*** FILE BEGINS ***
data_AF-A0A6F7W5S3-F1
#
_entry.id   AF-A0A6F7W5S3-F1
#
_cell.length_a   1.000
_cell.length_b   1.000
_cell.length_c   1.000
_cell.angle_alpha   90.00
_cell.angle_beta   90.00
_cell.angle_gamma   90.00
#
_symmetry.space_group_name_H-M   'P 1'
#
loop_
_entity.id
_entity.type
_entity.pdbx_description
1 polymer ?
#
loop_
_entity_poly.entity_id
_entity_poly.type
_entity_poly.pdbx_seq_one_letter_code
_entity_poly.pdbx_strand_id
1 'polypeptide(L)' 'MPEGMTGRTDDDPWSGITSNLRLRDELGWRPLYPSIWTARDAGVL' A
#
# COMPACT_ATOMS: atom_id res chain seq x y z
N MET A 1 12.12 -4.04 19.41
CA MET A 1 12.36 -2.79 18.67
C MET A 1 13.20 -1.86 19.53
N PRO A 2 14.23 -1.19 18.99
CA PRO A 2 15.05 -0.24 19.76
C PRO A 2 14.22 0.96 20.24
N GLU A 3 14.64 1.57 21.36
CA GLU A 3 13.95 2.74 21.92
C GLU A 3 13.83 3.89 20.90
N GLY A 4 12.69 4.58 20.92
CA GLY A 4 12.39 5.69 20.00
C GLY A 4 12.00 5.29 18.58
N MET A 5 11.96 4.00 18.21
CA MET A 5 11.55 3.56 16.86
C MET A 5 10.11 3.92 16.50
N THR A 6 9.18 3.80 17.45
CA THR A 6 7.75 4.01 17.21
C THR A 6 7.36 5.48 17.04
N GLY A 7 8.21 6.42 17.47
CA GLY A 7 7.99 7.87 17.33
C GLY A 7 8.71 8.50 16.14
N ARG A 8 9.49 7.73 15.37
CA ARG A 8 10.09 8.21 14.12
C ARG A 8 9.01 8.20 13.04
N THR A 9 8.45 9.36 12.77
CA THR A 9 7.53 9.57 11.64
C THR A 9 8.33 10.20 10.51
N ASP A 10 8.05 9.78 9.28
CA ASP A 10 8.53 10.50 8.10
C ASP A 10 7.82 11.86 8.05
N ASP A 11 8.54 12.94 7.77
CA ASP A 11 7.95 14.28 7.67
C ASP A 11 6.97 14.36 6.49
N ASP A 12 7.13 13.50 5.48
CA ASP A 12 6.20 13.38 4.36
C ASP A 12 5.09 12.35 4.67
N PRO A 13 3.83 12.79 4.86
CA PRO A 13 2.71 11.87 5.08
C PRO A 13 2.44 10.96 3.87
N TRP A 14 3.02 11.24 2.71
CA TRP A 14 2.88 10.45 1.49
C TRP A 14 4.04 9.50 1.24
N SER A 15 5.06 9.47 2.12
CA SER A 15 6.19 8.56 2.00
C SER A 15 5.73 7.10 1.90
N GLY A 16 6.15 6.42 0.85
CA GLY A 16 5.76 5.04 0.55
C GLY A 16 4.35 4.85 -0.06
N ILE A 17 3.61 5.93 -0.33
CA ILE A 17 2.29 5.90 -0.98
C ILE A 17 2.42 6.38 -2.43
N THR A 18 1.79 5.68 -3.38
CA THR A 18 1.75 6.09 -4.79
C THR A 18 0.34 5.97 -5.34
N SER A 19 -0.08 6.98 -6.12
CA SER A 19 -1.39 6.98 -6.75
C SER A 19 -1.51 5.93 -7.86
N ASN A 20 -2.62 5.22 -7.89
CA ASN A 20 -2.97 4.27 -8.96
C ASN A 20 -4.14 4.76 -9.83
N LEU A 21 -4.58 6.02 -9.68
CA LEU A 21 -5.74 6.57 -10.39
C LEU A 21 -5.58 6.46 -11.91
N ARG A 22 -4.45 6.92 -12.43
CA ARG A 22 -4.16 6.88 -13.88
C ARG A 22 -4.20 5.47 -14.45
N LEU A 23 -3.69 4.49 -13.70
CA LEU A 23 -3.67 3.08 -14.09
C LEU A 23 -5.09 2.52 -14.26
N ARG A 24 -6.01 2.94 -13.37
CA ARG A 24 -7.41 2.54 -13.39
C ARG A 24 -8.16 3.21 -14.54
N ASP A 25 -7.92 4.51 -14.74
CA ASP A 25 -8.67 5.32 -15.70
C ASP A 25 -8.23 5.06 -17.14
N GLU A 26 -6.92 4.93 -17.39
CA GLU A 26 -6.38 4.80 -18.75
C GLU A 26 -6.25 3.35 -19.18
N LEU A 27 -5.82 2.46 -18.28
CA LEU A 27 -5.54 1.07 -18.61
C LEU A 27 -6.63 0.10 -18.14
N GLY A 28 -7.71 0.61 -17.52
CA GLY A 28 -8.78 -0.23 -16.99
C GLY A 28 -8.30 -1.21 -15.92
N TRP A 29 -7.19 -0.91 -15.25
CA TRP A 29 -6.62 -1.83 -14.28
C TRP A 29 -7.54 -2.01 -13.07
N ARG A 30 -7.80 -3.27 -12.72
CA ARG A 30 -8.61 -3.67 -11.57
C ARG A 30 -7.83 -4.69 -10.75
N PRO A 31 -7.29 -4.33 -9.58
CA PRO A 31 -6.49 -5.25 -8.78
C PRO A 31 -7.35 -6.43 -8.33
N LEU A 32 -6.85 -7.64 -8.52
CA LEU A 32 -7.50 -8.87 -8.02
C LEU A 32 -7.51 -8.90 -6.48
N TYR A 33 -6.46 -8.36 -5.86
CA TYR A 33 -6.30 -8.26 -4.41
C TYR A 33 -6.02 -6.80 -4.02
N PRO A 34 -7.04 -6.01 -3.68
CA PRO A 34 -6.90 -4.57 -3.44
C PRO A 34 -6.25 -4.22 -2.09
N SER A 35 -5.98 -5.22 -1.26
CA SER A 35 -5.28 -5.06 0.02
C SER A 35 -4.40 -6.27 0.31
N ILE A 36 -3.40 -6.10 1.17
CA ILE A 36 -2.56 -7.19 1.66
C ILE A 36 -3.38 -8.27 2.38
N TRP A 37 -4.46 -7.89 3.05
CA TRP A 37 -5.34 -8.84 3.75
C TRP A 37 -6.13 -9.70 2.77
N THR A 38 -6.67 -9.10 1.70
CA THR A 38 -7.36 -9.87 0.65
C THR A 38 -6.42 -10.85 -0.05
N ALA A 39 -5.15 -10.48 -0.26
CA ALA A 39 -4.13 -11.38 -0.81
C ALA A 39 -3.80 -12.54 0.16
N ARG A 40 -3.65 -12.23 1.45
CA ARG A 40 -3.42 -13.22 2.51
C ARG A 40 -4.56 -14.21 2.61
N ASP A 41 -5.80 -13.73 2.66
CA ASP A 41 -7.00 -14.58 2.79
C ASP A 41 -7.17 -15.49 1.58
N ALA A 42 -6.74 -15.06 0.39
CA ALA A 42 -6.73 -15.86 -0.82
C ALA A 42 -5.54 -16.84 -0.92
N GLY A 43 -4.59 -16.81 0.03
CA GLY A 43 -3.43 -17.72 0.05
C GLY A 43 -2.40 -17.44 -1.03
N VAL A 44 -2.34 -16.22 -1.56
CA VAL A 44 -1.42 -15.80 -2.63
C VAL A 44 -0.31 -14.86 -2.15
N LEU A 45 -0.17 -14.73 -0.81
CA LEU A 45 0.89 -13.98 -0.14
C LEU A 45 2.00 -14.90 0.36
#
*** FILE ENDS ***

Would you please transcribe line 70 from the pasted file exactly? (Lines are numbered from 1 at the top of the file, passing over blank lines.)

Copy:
N SER A 15 5.06 9.47 2.12